Our tandem story: How the Blind cycle
I was asked by a friendly reader after blogging my first experience with an supported bike ride how it felt to ride on the back–the technical term being “stoker”–of the tandem bicycle. It was then that I realized I never talked about the short, short history of our tandem cycling on this blog: why we decided to get one, where we went to get it, how we picked “the one.” So here it is: a breif, brief history of our life as tandem cyclists.
It all started when John decided to bike the MS150, a two-day, 180-mile supported ride from Houston to Austin held every April in support of raising money for MS research and the National MS Society. His first year doing the ride was only one-and-a-half years ago in 2009. By chance, the Houston Chronicle learned of his story–how his girlfriend at the time (that’s me) had an autoimmune condition similar to MS and how that inspired him to ride the ride–and decided to run an article about us. (The printed version, which we plan to frame one day along with the bandana I decorated for him, is sitting in a plastic sleeve on our shelf.)
So with John getting into biking and having done the MS150 for two years (2009-2010), I thought it would be cool if I could join him, not necessarily to do a full-out MS150, but to get regular exercise and do a few locally supported charity rides. The only other time I rode a tandem was in Vancouver with Joanna, and once we got the communication down, it was fun and easy. But with John, I was afraid that his experience combined with my novitiate would make for constant bickering to the point where the poor bicycle would be casted aside to the dusty corner of our garage. Regardless, we took the risk and decided a tandem bike would be our wedding gift to ourselves. So a few weeks after the dust had settled from our wedding, John and I drove up to House of Tandems in Spring, test rode a KHS, fell in love with it, and dished out the [insert amount equivalent to five thousand packages of ramen] for one we could call our very own. It was custom-built with a matte-finished champagne colored frame, Ultegra 105 components, and a Cateye computer to record our speed, RPMs, etc.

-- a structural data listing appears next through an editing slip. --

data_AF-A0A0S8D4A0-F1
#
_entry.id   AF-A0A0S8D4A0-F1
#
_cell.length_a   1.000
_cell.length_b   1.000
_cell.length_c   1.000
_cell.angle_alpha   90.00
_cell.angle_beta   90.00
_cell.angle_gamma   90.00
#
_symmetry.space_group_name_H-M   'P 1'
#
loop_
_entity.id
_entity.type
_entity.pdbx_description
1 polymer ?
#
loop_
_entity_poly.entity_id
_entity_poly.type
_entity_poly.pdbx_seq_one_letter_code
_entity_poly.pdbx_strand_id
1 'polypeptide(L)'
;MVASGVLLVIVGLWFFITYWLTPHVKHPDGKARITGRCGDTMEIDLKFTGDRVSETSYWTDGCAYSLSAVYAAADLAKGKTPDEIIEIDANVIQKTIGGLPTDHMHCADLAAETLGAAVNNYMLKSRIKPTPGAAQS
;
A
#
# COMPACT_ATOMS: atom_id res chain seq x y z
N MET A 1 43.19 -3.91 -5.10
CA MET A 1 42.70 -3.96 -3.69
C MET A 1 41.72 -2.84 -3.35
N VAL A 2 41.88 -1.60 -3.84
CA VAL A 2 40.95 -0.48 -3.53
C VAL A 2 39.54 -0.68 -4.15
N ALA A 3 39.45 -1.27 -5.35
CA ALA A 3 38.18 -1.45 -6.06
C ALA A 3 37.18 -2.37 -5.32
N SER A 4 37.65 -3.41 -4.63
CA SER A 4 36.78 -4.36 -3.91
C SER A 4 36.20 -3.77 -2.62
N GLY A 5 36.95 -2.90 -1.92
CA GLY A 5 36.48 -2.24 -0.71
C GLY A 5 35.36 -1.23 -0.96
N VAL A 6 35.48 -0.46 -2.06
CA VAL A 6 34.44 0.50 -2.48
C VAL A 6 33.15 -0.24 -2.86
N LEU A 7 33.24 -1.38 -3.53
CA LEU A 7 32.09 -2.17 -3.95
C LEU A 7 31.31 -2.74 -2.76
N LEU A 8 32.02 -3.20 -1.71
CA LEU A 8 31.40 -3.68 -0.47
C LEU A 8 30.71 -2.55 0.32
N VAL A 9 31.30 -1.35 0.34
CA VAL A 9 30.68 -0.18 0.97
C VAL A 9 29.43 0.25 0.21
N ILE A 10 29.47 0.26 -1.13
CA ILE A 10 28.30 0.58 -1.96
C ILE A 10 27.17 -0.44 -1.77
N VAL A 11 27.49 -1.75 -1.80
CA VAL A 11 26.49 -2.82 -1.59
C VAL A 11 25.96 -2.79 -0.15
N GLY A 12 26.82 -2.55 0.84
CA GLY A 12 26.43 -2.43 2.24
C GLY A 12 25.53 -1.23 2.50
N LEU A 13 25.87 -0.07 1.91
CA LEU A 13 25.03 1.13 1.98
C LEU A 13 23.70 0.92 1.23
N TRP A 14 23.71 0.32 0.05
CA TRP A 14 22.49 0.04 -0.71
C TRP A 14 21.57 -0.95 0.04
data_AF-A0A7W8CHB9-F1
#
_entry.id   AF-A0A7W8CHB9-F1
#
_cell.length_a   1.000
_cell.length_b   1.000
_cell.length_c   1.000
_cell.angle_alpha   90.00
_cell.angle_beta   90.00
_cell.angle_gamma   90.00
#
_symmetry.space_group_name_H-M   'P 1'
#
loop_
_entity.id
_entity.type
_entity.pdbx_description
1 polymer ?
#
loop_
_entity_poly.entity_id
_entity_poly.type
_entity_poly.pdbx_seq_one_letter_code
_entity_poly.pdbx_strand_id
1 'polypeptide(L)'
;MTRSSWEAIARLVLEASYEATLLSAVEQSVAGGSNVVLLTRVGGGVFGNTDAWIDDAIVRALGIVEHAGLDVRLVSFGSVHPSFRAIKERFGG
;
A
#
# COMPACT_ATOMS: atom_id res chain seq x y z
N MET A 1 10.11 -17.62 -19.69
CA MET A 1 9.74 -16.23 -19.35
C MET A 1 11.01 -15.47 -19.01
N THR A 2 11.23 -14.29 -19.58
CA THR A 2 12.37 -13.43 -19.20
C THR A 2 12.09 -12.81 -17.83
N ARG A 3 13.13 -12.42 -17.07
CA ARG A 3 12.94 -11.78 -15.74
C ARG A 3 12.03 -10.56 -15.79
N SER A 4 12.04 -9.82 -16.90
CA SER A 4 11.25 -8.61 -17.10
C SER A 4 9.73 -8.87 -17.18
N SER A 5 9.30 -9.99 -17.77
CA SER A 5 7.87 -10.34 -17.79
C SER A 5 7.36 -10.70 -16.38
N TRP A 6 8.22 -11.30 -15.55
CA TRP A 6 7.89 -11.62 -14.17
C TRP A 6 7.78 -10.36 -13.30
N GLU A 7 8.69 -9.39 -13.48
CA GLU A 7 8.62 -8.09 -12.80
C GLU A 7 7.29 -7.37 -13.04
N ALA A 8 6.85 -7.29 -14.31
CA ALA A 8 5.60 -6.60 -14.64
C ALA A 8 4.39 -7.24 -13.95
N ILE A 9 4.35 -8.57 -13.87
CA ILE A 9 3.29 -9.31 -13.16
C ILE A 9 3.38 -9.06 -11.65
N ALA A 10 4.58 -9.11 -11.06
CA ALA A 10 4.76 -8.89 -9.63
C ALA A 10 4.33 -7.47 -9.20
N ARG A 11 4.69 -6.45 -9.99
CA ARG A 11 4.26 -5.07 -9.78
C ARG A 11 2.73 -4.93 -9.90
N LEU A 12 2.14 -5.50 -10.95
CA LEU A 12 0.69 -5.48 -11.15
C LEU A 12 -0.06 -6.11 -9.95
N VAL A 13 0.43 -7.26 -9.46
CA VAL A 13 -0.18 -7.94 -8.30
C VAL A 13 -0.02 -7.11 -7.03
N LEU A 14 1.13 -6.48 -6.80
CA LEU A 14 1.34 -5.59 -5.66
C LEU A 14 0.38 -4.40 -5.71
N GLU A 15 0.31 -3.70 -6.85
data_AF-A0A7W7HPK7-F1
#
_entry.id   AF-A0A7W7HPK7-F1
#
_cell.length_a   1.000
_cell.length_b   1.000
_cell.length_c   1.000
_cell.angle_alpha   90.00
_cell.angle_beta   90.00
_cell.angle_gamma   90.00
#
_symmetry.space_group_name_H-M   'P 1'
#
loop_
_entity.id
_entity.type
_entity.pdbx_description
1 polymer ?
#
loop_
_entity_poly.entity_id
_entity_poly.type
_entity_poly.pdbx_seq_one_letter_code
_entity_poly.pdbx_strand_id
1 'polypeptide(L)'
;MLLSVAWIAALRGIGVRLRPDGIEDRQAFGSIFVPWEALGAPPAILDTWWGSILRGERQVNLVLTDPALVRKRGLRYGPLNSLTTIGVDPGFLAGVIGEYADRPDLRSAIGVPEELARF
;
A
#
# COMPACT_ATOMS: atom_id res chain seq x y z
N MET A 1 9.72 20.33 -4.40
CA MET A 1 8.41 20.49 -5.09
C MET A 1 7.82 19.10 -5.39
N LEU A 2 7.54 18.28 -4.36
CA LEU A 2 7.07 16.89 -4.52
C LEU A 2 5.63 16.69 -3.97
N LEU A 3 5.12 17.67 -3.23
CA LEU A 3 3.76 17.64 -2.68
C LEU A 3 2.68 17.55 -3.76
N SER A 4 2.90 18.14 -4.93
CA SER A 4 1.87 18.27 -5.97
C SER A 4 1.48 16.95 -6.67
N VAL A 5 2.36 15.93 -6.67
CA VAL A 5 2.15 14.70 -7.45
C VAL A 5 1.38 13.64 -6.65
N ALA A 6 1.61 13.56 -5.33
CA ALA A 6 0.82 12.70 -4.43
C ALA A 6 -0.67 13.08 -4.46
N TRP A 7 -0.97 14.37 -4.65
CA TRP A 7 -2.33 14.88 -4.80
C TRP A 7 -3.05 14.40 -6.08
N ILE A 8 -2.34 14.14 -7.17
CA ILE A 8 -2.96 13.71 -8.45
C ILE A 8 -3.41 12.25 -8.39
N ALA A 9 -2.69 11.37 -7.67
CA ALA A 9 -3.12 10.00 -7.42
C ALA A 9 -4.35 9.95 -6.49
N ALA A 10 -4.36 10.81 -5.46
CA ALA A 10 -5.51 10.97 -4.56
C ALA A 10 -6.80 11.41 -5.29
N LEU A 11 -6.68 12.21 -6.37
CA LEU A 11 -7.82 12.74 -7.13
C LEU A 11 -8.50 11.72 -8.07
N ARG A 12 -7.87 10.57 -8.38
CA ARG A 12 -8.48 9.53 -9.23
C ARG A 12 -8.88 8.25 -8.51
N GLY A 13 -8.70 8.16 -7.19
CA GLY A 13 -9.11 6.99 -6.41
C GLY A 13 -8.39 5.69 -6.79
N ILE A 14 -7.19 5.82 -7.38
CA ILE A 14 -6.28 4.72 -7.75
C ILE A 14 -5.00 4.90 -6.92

For some time, our bike remained in the garage. It was just too damn hot in Houston to ride. At one point, we even had a flat on it because it sat idle for so long. But now that the weather is cooling, biking is more bearable, so we’ve ventured to take the KHS out more.
Riding a tandem as a stoker (back) versus a captain (front) takes both more and less energy, depending on how you look at it. The captain has to steer, which requires more concentration, but the stoker is supposed to be the stronger “pedaler.” But obviously in our situation, I have to be the weak-pedaling stoker. Pedaling on a tandem isn’t difficult though–I manage to move us forward at a decent pace even when John picks up his feet and I have to pedal for the both of us. In fact, it’s kind of nice because when I get lazy, I just rest my helmet on his back and close my eyes while my legs simply go through the cycling motion.
Tandem cycling, like any other team sport, requires communication. John has to call out such warnings as “Going!”, “Slowing!”, and “Stopping!” This way I can clip in and clip out with my shoes, something I still have trouble with in spite of my egg beater pedals. My main complaint, however, would have to be the uncomfortable stock seat. Even though I wore my padded shorts, my crotch was tender (bruised?) for three days after the Midnight Ramble. After urinating, I couldn’t even properly wipe myself–I had to gently dab all the while gritting my teeth. Needless to say, John and I are planning to replace the seats in time for the Tour de Donut (which we are riding the day this post is scheduled to publish). Hook up John’s iPod speakers to the thing, and we’re ready to go.
Biking in itself is fun. I get aerobic exercise; build lean muscle in my back, arms, and legs; and enjoy the sounds and smells of what I’m sure is scenic Houston. Yes, it would be nice if I could enjoy the sights, too, but being able to feel the breeze on my face is enough to get me out there cycling.